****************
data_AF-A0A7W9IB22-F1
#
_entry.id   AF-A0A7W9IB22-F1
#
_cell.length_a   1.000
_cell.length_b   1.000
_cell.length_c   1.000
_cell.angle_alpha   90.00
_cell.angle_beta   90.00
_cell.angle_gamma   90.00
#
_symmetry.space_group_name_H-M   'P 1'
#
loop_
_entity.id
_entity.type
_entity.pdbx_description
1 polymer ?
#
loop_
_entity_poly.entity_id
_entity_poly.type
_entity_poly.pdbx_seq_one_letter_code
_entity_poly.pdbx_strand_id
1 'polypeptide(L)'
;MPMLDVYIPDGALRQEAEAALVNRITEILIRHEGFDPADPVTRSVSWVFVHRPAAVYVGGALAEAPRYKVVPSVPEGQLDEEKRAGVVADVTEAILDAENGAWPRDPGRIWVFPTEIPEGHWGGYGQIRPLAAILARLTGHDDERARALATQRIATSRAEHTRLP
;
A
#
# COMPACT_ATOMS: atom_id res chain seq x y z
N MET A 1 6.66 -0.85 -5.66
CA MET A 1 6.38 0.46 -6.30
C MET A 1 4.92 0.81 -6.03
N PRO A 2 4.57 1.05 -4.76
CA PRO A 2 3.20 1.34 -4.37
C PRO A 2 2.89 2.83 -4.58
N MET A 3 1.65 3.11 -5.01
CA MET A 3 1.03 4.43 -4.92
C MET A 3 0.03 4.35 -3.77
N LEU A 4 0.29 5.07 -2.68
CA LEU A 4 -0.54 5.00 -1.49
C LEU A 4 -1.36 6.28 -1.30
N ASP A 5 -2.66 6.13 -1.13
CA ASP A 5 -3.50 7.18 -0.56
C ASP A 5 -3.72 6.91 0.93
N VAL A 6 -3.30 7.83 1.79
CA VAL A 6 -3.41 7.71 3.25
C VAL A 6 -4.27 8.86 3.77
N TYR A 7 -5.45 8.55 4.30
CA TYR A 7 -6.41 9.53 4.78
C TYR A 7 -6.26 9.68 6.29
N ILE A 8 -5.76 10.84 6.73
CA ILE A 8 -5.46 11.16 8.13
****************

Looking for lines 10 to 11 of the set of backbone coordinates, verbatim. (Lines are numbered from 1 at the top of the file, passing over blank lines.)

_cell.angle_gamma   90.00
#